Anyone who hasn't been asleep for the last six month will be well aware of the concept of cloud computing, but so far there has been more talk than action. One man who has explored further than the prevalent marketing spiel is Barclays Bank global head of middleware, infrastructure and service delivery Kenneth Merritt.
Merritt has been working with IBM to upgrade the retail banking business's infrastructure by adopting a pay as you use model with internal customers. The project, which is one of the first serious private cloud initiatives, is ongoing and has been running since 2009.
At the time the project was mooted, the bank was still under intense scrutiny, following the global credit crunch and it was not a perfect time to float innovation ideas, but Merritt recalled he went straight to the CIO of global retail banking Jim Ditmore, who championed the idea amongst his c-suit peers. Ditmore was the previous holder of Merritt's role, so it's safe to assume he was keen to help out and it was the push Merritt needed to get the project accepted.
Merritt maintains it was an easy decision for the budget holders, because it was designed to have minimum impact on capital expenditure, with a swift ROI.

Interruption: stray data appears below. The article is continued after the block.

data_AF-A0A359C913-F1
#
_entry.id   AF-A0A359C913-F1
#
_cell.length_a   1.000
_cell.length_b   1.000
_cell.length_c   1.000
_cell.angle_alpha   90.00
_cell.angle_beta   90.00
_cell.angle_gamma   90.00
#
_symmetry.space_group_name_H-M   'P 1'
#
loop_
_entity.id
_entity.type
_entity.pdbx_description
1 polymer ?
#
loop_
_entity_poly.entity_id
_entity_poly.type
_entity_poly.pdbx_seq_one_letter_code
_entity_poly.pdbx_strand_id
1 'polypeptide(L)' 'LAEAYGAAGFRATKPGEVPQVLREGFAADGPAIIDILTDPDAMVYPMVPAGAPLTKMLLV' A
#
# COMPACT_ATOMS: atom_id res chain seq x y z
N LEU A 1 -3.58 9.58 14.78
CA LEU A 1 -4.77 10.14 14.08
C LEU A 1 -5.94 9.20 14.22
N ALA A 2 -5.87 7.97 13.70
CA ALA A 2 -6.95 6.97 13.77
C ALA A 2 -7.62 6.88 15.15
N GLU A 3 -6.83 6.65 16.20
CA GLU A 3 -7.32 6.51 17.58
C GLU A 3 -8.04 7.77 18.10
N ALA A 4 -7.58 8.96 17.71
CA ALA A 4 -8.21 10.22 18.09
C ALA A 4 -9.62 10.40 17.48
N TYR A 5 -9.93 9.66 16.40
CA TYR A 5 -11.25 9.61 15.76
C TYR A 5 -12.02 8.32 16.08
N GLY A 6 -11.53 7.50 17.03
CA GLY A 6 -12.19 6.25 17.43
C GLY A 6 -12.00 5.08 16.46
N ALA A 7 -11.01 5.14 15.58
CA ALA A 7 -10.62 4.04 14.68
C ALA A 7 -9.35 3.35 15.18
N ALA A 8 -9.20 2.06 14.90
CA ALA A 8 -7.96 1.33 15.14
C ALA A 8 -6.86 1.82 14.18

The infrastructure is used to run file transfers, such as money transactions and data on the 50 million customers in 50 countries that Barclays operates in.
It has been rationalised so that it can be re-used and duplicated for other business processes. Internal customers pay a fee for using the infrastructure and the revenue is used to finance further build-outs. There's no big up-front investment.
The new infrastructure is heavily dependent on internet-based services and so it can be quickly set up. Merritt said so far, up to 85 per cent has been saved on the cost of a number of systems, including staff authentication, customer authentication, Java application hosting and data transmission.
As a result of adopting the simplified and more agile network infrastructure, Merritt's staff of 270 people has been reorganised. Previously, it was divided into operational and development groups, but now a third group of product managers has been added, whose job it is to sell infrastructure services into business-line internal customers.
These people were existing staff that have been retrained into much more business aware roles and act as mediators between the IT department and the business. Merritt says there are five product management teams with 10-20 staff in each one.
The approach Merritt has taken could typify the response the banking industry will take to the concept of cloud computing in the near-future, by adopting the utility benefits of the model, but stopping short of handing core infrastructure responsibilities over to an outside organisation.
He thinks that this private cloud model will be preferred by the large banking companies, perhaps with a move to some sort of hybrid model only by 2015.